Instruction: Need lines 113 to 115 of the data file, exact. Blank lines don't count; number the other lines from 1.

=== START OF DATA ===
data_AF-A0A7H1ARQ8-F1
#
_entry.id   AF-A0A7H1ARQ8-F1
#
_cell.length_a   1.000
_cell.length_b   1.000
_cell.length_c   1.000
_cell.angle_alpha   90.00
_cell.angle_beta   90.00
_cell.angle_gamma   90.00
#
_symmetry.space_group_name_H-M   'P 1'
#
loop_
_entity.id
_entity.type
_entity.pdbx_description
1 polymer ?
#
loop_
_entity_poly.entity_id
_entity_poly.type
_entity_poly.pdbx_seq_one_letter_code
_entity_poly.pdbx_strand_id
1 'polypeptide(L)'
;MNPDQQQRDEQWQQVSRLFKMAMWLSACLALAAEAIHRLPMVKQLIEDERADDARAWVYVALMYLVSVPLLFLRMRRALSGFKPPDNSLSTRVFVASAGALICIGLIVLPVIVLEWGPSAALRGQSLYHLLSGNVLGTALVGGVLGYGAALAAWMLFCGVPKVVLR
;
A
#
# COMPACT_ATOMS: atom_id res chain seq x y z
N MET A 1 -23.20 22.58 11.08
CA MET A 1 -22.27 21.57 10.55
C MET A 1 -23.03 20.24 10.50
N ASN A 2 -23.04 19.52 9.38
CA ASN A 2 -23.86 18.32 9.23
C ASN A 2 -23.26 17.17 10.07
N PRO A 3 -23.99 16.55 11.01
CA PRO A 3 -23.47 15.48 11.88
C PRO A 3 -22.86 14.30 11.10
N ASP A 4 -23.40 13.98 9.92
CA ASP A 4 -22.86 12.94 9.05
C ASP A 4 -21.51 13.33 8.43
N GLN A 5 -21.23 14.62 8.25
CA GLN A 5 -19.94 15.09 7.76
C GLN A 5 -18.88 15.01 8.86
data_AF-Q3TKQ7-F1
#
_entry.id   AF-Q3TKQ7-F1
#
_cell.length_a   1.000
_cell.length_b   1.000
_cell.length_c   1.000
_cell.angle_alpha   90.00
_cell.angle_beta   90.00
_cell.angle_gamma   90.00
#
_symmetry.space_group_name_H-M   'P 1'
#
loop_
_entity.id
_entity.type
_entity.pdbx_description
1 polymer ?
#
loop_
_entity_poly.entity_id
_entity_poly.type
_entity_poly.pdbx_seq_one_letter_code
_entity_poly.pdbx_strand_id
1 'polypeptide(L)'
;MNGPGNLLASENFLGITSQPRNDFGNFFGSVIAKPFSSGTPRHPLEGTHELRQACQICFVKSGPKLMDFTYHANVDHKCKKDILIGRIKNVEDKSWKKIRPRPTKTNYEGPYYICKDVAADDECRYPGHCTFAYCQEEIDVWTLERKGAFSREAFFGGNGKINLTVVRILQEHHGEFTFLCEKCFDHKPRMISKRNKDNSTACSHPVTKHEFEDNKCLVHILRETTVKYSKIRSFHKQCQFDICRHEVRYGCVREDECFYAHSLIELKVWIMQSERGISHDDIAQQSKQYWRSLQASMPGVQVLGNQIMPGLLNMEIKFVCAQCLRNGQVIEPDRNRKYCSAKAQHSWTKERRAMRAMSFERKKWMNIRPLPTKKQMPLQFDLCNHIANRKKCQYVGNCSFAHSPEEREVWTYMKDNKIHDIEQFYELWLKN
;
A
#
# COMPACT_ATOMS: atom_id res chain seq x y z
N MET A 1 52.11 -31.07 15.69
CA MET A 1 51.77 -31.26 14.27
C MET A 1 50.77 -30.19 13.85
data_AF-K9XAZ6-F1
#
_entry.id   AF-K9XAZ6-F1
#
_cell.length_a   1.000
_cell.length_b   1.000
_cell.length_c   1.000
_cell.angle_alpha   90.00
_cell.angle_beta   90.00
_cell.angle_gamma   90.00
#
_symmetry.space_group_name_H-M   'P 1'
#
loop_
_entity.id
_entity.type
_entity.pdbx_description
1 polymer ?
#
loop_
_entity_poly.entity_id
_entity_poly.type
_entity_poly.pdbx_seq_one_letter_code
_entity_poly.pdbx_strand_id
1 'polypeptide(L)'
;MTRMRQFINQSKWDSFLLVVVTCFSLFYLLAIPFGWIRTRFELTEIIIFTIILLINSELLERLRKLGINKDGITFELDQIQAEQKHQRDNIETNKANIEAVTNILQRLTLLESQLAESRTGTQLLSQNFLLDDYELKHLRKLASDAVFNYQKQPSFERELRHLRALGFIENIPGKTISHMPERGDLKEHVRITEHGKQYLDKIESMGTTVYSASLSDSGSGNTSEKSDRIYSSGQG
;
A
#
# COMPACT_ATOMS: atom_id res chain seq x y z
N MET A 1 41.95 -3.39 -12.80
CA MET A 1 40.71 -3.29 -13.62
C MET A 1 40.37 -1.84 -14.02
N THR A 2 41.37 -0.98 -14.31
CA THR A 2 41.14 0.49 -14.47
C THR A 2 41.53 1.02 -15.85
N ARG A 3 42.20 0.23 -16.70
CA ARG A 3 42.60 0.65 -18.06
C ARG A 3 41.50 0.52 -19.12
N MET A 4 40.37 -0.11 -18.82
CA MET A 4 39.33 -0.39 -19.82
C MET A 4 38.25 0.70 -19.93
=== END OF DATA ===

CA THR A 2 41.14 0.49 -14.47
C THR A 2 41.53 1.02 -15.85
N ARG A 3 42.20 0.23 -16.70